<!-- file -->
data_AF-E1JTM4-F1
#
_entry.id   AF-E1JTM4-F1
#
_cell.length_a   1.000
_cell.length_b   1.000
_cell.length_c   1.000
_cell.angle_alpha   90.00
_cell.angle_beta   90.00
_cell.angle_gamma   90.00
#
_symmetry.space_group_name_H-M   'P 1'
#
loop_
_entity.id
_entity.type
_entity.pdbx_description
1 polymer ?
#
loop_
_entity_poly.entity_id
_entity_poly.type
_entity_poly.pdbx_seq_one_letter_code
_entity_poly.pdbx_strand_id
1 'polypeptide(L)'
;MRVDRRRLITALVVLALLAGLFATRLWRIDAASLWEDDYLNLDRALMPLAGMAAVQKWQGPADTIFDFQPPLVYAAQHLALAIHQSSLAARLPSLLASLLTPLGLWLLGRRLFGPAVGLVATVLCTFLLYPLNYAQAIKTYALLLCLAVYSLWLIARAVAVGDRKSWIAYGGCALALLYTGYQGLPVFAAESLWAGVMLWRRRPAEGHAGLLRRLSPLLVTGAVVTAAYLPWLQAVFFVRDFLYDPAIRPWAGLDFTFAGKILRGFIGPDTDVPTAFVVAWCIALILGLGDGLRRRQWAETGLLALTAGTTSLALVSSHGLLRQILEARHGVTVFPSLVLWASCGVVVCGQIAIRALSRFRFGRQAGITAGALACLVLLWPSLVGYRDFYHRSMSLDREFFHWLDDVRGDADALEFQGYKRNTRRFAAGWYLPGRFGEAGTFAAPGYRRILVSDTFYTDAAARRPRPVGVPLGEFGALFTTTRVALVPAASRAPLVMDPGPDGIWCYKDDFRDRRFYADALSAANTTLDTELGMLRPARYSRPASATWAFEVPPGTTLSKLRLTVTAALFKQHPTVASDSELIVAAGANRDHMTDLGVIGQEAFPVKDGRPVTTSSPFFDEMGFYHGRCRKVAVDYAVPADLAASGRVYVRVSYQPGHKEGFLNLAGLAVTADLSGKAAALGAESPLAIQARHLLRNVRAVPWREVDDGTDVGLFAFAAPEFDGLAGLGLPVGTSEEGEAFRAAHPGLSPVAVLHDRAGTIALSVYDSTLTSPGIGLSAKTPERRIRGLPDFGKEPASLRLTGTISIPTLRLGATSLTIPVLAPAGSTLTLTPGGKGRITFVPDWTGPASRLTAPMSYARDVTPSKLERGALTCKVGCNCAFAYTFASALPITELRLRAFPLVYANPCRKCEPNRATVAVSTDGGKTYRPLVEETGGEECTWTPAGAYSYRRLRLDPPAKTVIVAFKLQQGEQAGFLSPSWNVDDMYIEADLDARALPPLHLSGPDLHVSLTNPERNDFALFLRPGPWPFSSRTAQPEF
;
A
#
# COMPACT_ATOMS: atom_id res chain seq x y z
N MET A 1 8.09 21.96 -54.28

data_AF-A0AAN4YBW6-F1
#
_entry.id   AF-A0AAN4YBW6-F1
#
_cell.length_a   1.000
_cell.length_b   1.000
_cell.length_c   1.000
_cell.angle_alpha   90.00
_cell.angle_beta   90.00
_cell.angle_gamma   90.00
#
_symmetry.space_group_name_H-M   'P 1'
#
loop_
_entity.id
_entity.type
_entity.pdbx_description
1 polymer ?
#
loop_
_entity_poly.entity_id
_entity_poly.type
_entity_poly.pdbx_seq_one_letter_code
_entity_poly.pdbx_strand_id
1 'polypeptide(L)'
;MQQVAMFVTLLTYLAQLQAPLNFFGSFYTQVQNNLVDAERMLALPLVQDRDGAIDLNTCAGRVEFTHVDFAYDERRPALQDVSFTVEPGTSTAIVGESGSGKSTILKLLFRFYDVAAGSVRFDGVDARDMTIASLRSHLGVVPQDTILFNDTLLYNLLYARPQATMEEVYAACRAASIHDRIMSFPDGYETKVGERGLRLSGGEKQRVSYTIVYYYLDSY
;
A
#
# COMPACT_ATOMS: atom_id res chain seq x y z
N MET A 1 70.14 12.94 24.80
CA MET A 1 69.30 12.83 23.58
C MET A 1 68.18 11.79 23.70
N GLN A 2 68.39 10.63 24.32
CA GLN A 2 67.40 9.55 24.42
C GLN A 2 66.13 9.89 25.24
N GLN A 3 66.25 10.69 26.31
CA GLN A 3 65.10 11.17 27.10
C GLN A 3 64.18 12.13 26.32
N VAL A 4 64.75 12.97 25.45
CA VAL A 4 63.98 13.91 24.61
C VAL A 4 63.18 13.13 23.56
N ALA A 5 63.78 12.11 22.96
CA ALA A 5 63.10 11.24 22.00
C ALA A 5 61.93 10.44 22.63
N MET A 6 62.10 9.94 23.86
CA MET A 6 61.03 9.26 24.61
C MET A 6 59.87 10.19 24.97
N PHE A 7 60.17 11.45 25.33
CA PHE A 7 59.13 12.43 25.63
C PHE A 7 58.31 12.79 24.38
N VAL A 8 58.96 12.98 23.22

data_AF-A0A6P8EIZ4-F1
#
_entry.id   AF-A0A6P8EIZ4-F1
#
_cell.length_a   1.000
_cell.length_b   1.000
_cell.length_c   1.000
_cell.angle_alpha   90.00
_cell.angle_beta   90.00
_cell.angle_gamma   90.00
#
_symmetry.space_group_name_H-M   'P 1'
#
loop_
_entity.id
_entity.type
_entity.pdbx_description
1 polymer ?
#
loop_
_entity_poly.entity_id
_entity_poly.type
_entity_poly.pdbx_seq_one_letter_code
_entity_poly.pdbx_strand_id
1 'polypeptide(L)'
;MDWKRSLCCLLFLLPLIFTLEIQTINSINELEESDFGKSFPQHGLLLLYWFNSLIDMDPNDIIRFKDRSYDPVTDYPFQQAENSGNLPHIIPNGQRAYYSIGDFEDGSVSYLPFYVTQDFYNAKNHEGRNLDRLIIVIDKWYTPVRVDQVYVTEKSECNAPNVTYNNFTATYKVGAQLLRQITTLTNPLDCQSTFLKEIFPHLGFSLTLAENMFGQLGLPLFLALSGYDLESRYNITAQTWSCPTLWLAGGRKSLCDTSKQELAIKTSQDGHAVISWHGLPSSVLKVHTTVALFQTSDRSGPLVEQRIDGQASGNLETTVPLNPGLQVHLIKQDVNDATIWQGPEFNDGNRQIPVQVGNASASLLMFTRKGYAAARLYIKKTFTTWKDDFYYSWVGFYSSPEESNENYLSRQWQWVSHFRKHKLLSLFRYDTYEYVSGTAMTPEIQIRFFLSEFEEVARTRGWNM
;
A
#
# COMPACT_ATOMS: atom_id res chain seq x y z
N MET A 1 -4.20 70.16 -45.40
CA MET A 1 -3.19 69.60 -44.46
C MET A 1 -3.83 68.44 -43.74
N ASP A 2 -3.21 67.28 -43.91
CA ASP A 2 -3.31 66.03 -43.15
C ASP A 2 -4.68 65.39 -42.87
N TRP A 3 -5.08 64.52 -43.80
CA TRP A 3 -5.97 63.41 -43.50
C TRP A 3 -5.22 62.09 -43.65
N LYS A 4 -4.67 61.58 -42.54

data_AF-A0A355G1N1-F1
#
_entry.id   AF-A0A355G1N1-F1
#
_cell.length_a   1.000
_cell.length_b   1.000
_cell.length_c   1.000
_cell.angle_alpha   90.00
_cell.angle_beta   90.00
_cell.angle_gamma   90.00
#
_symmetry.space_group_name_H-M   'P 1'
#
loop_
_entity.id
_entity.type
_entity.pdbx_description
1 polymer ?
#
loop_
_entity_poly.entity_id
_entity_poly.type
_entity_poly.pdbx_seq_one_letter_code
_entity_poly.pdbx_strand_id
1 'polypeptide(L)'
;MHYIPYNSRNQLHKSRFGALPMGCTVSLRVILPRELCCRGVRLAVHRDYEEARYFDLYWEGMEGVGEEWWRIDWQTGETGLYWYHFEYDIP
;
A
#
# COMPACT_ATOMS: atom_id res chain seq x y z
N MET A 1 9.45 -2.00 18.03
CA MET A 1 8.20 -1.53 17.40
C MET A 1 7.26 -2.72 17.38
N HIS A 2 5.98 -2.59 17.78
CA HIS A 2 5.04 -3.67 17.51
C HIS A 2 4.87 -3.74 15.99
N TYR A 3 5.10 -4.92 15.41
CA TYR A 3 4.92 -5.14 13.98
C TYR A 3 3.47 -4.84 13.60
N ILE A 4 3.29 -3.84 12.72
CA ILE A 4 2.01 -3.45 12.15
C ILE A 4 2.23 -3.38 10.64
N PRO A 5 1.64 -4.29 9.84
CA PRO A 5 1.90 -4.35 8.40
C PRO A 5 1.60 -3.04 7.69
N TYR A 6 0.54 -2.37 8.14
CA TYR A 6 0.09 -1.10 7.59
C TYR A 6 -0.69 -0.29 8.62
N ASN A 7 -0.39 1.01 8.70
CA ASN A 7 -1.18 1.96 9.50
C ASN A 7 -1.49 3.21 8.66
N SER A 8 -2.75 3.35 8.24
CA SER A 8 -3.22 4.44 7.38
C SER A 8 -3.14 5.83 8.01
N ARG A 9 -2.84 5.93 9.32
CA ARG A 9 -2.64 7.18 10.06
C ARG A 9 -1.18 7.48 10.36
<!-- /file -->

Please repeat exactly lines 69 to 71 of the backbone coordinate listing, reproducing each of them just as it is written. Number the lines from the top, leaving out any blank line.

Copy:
CA GLN A 3 65.10 11.17 27.10
C GLN A 3 64.18 12.13 26.32
N VAL A 4 64.75 12.97 25.45